Tucson Police and Prosecutors Advance Fight Against Sexual Assault

No means no

Continuing the fight against sexual assault in our community, the Tucson Police Department and the Pima County Attorney’s Office have received a $1 million grant to help process a backlog of 1,200 previously untested rape kits. The grant has already enabled TPD to test 400 kits, allowing officials to connect 61 of those to a DNA profile in a national database. The first sexual assault case that has grown out of the grant program is the prosecution of Nathan Loebe, who was arrested in Kentucky and is now waiting to be extradited back to Tucson. Evidence from some of the rape kits recently tested with money from the new grant connects Mr. Loebe to nearly a dozen counts of sexual assault in Tucson dating back to 2002.

Struggling to prioritize sexual assault prosecutions

Sexual assault is a major problem in our community and at the national level. According to the National Sexual Violence Resource Center, 1 in 4 girls and 1 in 6 boys will be sexually abused before they turn 18. Making it to adulthood is no guarantee of safety, though, as the NSVRC also estimates that 1 in 5 women and 1 in 71 men will be raped at some point in their lives.

Despite the severity of the problem of sexual violence, it remains a crime that is notoriously under-reported, under-prosecuted, and under-punished. The Rape, Abuse, & Incest National Network reports that only 11 out of every 1000 rapists will be referred for prosecution, versus 37 out of 1000 robbers and 105 out of 1000 non-sexual assailants.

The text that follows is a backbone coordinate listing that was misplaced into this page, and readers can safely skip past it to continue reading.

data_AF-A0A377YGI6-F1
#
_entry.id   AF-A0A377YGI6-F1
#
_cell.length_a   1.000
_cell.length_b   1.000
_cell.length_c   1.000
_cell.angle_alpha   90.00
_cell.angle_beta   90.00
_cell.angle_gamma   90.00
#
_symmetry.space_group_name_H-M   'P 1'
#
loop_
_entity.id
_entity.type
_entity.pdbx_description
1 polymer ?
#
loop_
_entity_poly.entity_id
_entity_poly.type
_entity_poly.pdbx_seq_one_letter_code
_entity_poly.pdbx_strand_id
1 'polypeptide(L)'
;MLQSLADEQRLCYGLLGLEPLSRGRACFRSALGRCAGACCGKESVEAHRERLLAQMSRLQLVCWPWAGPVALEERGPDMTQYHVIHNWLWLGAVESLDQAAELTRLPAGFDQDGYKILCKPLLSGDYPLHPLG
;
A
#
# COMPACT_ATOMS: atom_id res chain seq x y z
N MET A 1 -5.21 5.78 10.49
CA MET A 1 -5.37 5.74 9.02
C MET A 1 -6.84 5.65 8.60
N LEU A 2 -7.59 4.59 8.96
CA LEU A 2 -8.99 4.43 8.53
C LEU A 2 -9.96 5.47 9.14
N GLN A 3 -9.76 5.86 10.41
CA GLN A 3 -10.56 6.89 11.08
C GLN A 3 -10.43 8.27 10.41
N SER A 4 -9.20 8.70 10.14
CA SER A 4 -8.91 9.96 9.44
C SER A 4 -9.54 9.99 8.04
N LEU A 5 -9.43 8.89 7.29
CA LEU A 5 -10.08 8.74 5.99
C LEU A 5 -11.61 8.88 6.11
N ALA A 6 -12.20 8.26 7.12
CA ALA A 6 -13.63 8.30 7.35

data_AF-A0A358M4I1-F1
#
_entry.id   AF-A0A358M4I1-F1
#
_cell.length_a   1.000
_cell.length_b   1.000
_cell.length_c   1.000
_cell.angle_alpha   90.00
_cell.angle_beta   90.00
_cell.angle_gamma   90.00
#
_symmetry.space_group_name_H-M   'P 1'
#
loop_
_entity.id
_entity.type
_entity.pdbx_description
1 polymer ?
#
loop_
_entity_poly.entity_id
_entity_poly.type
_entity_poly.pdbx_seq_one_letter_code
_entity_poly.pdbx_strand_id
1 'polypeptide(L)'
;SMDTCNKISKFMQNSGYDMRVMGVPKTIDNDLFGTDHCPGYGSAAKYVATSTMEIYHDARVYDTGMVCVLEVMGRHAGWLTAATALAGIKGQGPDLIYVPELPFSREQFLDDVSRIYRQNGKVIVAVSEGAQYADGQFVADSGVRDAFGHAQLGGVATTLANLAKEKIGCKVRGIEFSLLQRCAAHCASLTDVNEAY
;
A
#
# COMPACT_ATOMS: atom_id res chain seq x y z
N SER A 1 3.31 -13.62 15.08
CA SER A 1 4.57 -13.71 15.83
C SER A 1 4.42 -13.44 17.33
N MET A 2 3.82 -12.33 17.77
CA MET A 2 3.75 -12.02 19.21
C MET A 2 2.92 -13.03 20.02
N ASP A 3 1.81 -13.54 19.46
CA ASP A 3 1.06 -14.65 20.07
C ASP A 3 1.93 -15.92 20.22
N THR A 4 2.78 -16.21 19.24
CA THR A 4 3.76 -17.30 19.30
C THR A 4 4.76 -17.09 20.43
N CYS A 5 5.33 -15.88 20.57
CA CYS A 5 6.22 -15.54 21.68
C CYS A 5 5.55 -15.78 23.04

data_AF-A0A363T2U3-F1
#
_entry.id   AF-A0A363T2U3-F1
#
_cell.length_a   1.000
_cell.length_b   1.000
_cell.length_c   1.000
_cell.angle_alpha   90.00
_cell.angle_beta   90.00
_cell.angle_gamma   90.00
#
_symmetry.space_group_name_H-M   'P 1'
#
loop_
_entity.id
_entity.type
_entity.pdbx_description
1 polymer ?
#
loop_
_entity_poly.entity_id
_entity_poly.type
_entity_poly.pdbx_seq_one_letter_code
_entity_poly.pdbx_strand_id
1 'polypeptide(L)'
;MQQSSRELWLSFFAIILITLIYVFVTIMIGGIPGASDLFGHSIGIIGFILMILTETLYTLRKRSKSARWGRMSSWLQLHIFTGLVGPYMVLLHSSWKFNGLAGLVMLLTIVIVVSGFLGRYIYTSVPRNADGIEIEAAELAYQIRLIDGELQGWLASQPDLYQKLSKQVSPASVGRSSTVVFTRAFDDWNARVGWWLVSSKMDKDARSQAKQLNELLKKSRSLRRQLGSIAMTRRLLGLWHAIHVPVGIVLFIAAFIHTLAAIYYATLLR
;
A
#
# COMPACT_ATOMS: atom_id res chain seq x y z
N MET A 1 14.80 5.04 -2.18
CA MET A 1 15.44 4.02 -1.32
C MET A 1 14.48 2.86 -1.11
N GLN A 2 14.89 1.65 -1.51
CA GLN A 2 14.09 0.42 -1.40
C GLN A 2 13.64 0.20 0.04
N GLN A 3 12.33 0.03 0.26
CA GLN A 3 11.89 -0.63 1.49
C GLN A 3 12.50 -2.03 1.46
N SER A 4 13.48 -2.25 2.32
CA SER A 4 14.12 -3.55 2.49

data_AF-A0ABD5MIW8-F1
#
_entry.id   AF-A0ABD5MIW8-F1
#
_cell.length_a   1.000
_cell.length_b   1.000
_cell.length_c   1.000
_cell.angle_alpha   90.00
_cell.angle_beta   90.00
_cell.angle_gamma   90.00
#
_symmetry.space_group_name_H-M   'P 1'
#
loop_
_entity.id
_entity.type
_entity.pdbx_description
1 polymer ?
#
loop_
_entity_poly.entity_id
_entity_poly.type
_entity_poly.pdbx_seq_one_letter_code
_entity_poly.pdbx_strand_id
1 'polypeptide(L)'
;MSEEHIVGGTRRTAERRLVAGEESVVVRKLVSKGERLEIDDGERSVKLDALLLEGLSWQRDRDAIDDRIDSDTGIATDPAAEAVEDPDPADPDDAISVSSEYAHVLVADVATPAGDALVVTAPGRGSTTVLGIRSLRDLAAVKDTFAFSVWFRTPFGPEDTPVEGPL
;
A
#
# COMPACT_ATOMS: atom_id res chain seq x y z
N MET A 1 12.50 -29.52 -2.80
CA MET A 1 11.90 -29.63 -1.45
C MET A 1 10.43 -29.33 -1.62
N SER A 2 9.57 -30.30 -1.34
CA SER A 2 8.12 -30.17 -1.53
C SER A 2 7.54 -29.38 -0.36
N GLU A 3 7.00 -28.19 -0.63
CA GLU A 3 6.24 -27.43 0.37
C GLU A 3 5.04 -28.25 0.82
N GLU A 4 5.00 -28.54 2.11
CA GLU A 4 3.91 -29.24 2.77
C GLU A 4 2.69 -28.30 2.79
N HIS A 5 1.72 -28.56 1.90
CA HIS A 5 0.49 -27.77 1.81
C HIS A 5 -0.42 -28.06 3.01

sexual assault numbers

Here in Pima County, the disparity between rates of prosecution for sexual crimes and other types of offenses is particularly problematic. For far too long, we have refused to prioritize the prosecution of sexual assault and instead focused on prosecuting non-violent drug offenses. For 11 out of the last 15 fiscal years, the highest percentage of criminal cases the Pima County Attorney filed in Pima County Superior Court were drug cases.

Pima County drug and sex prosecutions

The Arizona Department of Corrections’ own data shows that, as of February 2017, the highest percentage of prisoners in the state – 22.1% – are behind bars for drug offenses. Only 1.3% of prisoners are being held for rape/sexual assault.

February 2017 DOC stats

New $1 million grant helps process TPD’s rape kit backlog

TPD’s crime lab is constantly busy processing evidence from thousands and thousands of criminal cases. According to Police Chief Chris Magnus, the new grant allows TPD to outsource the testing of 1,200 previously untested rape kits, which will help make the detection and prosecution of sexual assault in our community more effective.

It goes without saying that the prosecution of sex crimes should be a top priority of the criminal justice system. The trauma associated with sexual assault can last a lifetime, and lead to a host of difficulties.

Sexual assault survivor stats

Additionally, there is a powerful correlation between surviving sexual assault and later involvement in the criminal justice system. Nearly 50% of imprisoned women that researchers spoke to in one study reported they were abused as children, and 70 – 80% of sexual abuse survivors reported excessive drug and alcohol use later in life.

 Not only will testing old rape kits help bring justice to people who have already been sexually assaulted, it will also help prevent future assaults. Many sexual assailants are repeat offenders. In one study undertaken by researchers from the University of Massachusetts and Brown University School of Medicine, most undetected rapists researchers examined were repeat offenders; almost two-thirds of them raped more than once, and a majority also committed other acts of interpersonal violence, such as battery, child physical abuse, and child sexual abuse. Repeat rapists each committed an average of 6 rapes and/or attempted rapes, and an average of 14 interpersonally violent acts.

The Tucson Police Department and the Pima County Attorney Office’s cooperation in securing the new grant is the kind of law enforcement that should be applauded and encouraged. The more our community steps away from imprisoning non-violent drug offenders, and the more we focus on investigating and prosecuting violent crimes and sex crimes, the safer and more just Pima County will become.

– Joel Feinman